Achieving a positive reimbursement adjustment just got a bit harder.

The merit-based incentive payment system (MIPS), established by CMS, encourages the transition to value-based delivery of health care by outlining a system of adjustments to Medicare reimbursement based on performance. The MIPS scoring system calculates a Composite Performance Score (CPS) for each provider—a total of 100 points is possible from a weighted sum of scores on four performance categories: Quality, Advancing Care Information (ACI), Clinical Practice Improvement Activities (CPIA), and Cost.  

For performance year 2018, clinicians with a CPS lower than 15 (or those who do not participate in MIPS) will receive a negative adjustment, not to exceed 5%. A CPS of at least 15 ensures a neutral or positive adjustment, and providers with a score of 70 or higher will receive an additional adjustment in recognition of exceptional performance. The MIPS scoring guide asserts: “The amount of the positive adjustments is scaled and will depend on the scores as well as the total number of clinicians both above and below the performance threshold.” The maximum reward and penalty percentages will both increase in the coming years:

Note that achieving a positive reimbursement adjustment will be more challenging for MIPS performance year two. As discussed in our MIPS 2018 update, CMS has modified several of the fundamental elements that underlie the computation of CPS, effectively making it harder to achieve a positive adjustment. From performance year one to year two, the required data completion rate increases from 50% to 60%. In addition, the ranges that define the deciles used by CMS to benchmark quality measures of performance have shifted upward:

The weight given to quality performance scores for CPS calculation also changes in MIPS performance year 2018, dropping from 60% in 2017 to 50%. This weighting drops again to 30% in 2019. This reduces the impact of quality scores when determining CPS for reimbursement. These factors are important to consider when determining a pragmatic MIPS strategy for the future.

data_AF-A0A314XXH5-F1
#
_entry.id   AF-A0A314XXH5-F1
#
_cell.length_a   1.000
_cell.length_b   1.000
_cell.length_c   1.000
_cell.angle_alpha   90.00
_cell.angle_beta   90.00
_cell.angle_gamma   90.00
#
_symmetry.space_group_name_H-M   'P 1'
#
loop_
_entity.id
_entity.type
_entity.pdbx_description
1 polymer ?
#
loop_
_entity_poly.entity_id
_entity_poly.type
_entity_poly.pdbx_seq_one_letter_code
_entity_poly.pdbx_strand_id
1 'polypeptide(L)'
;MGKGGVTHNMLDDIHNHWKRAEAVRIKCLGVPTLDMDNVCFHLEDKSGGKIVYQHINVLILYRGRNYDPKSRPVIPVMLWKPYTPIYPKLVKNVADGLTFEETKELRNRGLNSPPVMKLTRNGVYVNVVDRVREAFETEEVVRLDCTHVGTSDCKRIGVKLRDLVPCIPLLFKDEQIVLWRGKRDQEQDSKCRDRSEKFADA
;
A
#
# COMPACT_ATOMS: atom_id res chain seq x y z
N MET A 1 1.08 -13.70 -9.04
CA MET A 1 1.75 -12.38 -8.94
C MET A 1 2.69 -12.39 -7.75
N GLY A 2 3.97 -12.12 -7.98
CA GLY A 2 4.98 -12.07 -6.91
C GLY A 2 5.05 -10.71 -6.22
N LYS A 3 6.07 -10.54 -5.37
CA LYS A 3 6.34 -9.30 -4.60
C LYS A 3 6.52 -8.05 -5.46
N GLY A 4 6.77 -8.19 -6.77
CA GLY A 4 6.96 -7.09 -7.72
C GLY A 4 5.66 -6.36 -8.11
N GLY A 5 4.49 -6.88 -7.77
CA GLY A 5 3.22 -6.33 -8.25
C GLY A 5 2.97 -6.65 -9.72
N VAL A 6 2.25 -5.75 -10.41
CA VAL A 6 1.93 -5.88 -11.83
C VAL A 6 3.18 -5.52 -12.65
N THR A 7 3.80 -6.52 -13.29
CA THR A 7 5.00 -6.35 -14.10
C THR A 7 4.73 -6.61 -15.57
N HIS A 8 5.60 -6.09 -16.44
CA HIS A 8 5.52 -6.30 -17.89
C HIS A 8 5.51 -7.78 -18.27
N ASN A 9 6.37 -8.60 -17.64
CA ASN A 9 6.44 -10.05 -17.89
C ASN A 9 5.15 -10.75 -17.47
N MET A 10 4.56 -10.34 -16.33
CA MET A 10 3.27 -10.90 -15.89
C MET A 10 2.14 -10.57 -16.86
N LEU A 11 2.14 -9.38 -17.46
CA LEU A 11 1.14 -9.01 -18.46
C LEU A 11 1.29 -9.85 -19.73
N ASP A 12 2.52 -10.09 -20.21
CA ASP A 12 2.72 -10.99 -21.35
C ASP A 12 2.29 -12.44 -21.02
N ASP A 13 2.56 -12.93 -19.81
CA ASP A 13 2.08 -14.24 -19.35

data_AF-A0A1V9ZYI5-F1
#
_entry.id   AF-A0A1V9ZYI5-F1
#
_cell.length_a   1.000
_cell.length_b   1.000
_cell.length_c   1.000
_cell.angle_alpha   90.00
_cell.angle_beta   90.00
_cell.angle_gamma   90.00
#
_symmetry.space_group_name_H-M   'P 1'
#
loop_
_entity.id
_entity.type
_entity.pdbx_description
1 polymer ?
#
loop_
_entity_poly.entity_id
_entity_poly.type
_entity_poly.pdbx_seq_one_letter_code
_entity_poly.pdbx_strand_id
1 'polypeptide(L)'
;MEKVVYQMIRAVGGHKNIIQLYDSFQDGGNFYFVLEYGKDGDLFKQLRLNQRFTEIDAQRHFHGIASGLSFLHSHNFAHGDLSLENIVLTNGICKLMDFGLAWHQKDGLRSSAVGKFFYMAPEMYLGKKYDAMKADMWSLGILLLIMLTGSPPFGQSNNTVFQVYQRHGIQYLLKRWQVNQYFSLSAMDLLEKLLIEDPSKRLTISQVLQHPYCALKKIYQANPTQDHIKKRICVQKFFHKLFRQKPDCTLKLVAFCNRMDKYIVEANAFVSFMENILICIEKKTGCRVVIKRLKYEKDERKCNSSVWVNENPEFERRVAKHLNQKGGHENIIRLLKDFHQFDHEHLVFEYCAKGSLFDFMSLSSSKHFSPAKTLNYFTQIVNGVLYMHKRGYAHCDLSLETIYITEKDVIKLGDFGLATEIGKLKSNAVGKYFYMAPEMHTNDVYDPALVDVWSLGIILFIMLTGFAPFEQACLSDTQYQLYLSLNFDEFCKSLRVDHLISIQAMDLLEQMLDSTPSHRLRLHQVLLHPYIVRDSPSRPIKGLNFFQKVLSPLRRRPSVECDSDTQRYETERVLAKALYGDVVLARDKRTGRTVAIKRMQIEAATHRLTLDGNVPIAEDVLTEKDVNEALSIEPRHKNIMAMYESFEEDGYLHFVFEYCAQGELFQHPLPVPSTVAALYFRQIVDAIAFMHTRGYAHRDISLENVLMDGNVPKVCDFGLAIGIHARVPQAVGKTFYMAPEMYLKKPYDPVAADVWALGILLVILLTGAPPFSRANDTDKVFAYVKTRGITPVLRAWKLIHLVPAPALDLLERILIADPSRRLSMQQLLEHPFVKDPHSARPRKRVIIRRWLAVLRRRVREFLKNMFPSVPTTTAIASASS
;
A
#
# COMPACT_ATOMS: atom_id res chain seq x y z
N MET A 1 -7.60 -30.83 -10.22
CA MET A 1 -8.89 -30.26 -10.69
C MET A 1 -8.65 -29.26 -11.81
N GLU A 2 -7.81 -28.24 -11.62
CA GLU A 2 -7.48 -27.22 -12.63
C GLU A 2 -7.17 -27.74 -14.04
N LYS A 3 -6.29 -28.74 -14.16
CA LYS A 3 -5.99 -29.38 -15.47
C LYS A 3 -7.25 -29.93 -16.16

What does MIPS success look like?

Knowing that MIPS incentives are calculated to evolve over time, it’s worthwhile for providers to reflect on what success under MIPS means for their practice. Using MIPS as a catalyst for strategic business planning, context-specific goals can be defined. Here, we outline three equally plausible “success paths”.

For some providers, securing positive reimbursement adjustments will be paramount. Careful planning and implementation of measures with benchmarking capabilities can set the stage for performance scores that confer the highest adjustments. When collected and reported through a Qualified Clinical Data Registry (QCDR), both Quality and CPIA scores can be high, and together will contribute 65% to the CPS calculation in 2018.

For other clinicians, simply avoiding a negative adjustment constitutes success. Electronic collection of outcomes data satisfies MIPS’ CPIA performance measurement, which contributes 15% to the total CPS. A QCDR can achieve this and this score in and of itself will guarantee avoidance of a negative reimbursement adjustment for the 2018 performance year.

A third path for 2018 forgoes the pursuit of a positive adjustment, avoids the penalty, and refocuses a provider toward collecting the most meaningful data for their specialty. Using a specialty-specific QCDR ensures that the data collected is context appropriate, and intelligently informs the delivery of higher quality health care for their practice. Better care paths for individual patients may be revealed by benchmarking their condition and outcomes against aggregated volumes of comparable data. An efficient approach under this scenario is the collection of outcomes data through a QCDR such as OBERD that has Specialized Registries using forms recommended by the American Association of Orthopaedic Surgeons (AAOS).

In subsequent posts, we will explore these recommended success paths in greater detail.